Home' Trinidad and Tobago Guardian : January 9th 2015 Contents A24
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"I can t afford to get pregnant,"
says 25-year-old Aisha Mukooza.
So every morning, for the past two
and a half years, Aisha s been strict
about taking her temperature as soon
as her alarm goes off at 6 am.
"I have my thermometer under my
pillow. I take it, and then take the
reading and put it in Kindara,"
Kindara is an app on her phone that
helps her chart her temperatures. As
Mukooza explained, "the temps, when
I ovulate, it rises."
She is part of a growing movement
of young women who are saying no
to hormonal birth control and yes to
a kind of birth control that sounds at
first like a real throwback with a little
extra high-tech twist.
These women are using Natural
Family Planning, also known as Fer-
tility Awareness Methods (FAM).
Many experts caution that this is
one of the least successful methods
to use, because it can be so compli-
cated to do correctly. But with new
technology, some women think it is
the best option for them.
While many women use these
methods to help with conception, an
increasing number are using these
same methods to avoid getting preg-
Born initially out of the Catholic
Church, FAM is starting to lose its
religious connotation as more secular
woman turn to it. Many say they are
wary of the effects of hormonal birth
According to the Centers for Disease
Control and Prevention, just between
one to three per cent of women use
FAM as a form of contraception. How-
ever, a study from the University of
Iowa found that if more women knew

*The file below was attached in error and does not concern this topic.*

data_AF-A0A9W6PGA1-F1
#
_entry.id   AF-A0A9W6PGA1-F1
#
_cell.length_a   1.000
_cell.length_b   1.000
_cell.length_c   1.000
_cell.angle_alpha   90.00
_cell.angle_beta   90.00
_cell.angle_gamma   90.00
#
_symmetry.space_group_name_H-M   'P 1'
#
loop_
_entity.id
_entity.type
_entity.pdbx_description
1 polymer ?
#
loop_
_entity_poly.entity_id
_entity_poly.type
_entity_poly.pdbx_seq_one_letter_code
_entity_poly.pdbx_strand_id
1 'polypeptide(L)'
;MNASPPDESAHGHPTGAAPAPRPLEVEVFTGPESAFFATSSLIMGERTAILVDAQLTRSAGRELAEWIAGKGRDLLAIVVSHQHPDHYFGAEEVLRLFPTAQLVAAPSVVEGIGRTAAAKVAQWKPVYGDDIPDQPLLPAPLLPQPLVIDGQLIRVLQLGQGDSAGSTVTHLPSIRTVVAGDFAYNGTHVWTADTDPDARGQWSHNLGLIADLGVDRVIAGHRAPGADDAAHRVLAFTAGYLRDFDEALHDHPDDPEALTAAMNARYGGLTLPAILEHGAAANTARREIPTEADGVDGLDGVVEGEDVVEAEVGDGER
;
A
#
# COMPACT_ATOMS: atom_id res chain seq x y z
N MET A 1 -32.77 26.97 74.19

about it, one in five women would
actually consider it as an option.
When Mukooza s then-boyfriend,
and now-husband, asked her to con-
sider using the pill or getting an
implant, she was vehemently against
"I wouldn t have it," she says. "I
was literally scared of hormonal birth
control. I didn t like the potential side
"I m a healthy person. I try to eat
healthy food, so the idea of being
pumped with synthetic hormones did-
n t appeal to me, in fact, it was scary,"
The pill is the most common form
of pharmacological birth control. Stud-
ies show some four out of five Amer-
ican women use them. Yet, nearly 30
per cent of all users stop using the pill
because of side effects that include
nausea, weight gain, sore or swollen
breasts, spotting and mood changes
according to research from the CDC.
One of those who users who stopped
taking the pill is 29-year-old Kacey
(she asked that we not use her last
Kacey had been on estrogen-based
birth control pills since she turned 19.
When she was 25, doctors found
that she had an increased risk for
strokes, and switched her to proges-
terone-based birth control.
"I was a mess. For two weeks, a
month, I was completely a wreck," she
Aside from just feeling emotionally
out of sorts, Kacey would have two to
three periods a month and her skin
broke out constantly.
Thinking an IUD would be a better
fit, she switched last year.
"Every symptom I had was way
more amplified," she says. She was fed
up, and three months ago she started
FAM. Last month, Kacey had the IUD
taken out. "It s worth it to not feel
like a 16-year-old all the time."
FAM is frequently referred to as the
rhythm method---a system in which
women predict their likely fertile days